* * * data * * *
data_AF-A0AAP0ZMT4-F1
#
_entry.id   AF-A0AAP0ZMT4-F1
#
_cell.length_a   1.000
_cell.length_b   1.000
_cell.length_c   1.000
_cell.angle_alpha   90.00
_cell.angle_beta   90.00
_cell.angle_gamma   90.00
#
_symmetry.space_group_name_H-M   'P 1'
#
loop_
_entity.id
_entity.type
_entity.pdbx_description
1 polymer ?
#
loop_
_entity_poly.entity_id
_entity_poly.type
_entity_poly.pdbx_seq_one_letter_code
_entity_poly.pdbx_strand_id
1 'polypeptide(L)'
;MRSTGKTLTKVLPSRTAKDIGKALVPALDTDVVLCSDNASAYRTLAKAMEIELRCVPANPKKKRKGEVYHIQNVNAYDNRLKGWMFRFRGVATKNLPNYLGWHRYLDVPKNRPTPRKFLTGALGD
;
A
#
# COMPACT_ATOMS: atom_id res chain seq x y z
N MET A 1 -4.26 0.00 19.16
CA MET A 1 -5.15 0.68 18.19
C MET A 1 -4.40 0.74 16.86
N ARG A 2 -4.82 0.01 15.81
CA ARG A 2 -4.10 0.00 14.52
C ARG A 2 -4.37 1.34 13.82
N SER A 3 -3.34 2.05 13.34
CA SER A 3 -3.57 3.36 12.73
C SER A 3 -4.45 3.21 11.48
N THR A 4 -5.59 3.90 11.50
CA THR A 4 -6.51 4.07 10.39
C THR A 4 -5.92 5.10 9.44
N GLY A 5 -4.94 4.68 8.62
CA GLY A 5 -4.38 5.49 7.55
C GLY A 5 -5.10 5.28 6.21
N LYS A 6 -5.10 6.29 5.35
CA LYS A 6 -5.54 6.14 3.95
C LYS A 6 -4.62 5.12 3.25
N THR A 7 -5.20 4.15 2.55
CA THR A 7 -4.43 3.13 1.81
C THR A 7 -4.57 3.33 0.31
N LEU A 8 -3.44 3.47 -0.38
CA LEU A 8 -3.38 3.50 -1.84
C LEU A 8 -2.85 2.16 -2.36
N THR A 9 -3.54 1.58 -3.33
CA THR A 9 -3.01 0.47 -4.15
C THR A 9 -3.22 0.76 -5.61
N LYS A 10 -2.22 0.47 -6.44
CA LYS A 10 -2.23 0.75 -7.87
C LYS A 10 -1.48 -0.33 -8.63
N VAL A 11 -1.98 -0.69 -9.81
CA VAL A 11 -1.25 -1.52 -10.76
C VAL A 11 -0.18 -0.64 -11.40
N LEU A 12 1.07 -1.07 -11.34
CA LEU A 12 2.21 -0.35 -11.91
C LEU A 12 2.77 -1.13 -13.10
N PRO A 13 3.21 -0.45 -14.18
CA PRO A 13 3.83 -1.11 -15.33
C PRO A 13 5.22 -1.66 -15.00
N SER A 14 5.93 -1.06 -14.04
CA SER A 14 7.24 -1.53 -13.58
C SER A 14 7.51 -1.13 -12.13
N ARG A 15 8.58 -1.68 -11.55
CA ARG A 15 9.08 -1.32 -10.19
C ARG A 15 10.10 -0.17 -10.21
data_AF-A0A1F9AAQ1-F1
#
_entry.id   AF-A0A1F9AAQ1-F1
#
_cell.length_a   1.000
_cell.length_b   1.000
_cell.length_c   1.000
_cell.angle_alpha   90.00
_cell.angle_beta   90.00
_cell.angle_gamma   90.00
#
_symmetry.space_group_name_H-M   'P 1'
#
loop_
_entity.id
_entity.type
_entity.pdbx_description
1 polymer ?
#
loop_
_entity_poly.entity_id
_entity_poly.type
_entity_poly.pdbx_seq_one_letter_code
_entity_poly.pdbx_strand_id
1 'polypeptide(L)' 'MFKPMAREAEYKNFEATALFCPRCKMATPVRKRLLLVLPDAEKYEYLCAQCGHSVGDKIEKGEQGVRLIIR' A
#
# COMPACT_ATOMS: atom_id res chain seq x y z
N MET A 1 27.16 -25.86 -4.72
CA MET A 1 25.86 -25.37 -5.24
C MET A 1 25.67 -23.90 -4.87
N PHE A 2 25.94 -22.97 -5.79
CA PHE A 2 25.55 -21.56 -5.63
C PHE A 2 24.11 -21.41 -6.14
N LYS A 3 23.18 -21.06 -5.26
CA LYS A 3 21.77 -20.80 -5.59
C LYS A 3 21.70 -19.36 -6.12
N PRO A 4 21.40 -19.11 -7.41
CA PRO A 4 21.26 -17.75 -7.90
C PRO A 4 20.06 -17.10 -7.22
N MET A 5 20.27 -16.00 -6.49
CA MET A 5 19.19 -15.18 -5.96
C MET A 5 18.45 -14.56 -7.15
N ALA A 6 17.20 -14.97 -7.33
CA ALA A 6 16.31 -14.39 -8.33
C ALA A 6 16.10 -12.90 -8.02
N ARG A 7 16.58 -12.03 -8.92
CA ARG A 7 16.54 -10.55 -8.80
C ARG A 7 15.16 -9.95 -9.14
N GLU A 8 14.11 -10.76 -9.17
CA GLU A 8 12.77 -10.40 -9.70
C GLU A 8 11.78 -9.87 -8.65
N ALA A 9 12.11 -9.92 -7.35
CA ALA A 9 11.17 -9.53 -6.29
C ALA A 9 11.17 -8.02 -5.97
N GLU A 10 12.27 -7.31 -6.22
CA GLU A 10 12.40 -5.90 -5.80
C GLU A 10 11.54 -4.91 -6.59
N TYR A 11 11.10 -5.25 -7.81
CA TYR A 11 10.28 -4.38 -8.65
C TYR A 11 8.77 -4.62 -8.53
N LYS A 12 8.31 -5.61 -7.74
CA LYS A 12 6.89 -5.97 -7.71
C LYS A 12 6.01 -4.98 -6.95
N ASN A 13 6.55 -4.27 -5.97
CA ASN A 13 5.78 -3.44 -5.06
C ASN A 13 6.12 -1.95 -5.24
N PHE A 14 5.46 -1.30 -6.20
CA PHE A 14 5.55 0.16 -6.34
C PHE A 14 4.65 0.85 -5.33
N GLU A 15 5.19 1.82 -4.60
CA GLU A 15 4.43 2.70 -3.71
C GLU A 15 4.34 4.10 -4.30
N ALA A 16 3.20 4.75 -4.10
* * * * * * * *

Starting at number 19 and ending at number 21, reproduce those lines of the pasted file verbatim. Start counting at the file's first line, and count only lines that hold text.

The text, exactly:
#
loop_
_entity_poly.entity_id